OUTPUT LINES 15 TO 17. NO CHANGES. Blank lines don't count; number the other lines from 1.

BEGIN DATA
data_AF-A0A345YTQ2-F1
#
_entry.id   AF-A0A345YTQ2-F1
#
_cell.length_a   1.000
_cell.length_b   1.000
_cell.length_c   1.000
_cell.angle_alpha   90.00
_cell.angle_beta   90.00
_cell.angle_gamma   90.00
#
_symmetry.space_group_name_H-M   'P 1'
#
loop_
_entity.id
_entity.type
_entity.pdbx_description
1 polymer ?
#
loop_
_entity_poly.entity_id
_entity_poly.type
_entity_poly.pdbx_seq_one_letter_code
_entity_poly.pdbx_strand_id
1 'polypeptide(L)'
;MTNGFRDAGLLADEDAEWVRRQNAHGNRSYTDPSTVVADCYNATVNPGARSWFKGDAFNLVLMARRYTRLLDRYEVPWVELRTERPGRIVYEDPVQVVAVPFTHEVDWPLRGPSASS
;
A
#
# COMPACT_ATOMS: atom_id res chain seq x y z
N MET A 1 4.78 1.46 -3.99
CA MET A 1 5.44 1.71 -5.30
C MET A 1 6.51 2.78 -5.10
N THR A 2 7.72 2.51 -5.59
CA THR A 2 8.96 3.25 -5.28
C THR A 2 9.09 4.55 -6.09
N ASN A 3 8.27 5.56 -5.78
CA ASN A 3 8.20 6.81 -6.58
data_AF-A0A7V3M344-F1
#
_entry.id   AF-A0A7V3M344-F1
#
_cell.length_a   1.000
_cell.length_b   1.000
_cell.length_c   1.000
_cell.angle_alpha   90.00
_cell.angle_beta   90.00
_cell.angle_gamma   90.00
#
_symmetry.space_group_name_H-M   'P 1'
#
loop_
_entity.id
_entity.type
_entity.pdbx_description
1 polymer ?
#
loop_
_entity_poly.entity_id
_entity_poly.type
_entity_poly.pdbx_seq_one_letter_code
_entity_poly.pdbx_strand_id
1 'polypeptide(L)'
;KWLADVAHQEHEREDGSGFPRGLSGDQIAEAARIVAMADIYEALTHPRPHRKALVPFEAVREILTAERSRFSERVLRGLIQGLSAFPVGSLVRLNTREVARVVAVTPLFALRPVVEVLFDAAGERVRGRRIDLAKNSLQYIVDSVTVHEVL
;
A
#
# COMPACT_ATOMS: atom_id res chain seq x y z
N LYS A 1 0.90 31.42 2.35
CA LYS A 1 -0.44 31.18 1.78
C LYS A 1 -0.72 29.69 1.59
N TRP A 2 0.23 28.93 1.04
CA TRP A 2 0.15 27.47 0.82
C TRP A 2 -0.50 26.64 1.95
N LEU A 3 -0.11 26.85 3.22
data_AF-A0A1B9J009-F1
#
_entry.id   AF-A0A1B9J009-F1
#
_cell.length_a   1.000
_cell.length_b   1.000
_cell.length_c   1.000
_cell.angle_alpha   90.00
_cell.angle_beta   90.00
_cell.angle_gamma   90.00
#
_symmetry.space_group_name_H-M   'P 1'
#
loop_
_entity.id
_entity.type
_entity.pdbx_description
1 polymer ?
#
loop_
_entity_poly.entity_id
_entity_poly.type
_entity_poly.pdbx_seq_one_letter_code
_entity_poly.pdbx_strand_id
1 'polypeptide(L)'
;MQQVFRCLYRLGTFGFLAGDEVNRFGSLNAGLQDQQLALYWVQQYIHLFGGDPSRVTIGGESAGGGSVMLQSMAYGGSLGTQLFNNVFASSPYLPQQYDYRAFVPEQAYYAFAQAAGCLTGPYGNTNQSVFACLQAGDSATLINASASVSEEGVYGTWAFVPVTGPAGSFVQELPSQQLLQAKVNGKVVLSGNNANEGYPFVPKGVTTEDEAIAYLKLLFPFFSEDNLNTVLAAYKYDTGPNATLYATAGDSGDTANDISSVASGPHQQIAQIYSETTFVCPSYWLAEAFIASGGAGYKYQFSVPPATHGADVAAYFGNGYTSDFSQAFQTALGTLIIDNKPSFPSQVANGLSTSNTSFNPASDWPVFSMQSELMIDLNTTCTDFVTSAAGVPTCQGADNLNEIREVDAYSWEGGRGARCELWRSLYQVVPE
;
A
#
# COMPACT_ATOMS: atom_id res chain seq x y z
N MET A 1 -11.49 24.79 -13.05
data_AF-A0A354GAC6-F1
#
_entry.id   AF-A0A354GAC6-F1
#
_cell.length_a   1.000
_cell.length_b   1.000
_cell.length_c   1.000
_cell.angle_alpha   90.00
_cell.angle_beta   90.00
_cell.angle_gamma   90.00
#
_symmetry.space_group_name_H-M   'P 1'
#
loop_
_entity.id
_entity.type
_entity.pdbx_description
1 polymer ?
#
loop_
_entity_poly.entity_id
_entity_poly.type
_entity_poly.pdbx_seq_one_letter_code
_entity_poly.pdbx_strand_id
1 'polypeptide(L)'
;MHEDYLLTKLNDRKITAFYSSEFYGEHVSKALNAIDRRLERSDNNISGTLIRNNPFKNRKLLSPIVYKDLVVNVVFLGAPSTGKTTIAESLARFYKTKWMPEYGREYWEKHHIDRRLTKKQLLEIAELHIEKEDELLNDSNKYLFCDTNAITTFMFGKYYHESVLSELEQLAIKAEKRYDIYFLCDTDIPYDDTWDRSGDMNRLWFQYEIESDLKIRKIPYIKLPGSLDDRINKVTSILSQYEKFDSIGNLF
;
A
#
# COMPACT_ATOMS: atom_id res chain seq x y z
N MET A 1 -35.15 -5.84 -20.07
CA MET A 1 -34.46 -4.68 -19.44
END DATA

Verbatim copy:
_entity.id
_entity.type
_entity.pdbx_description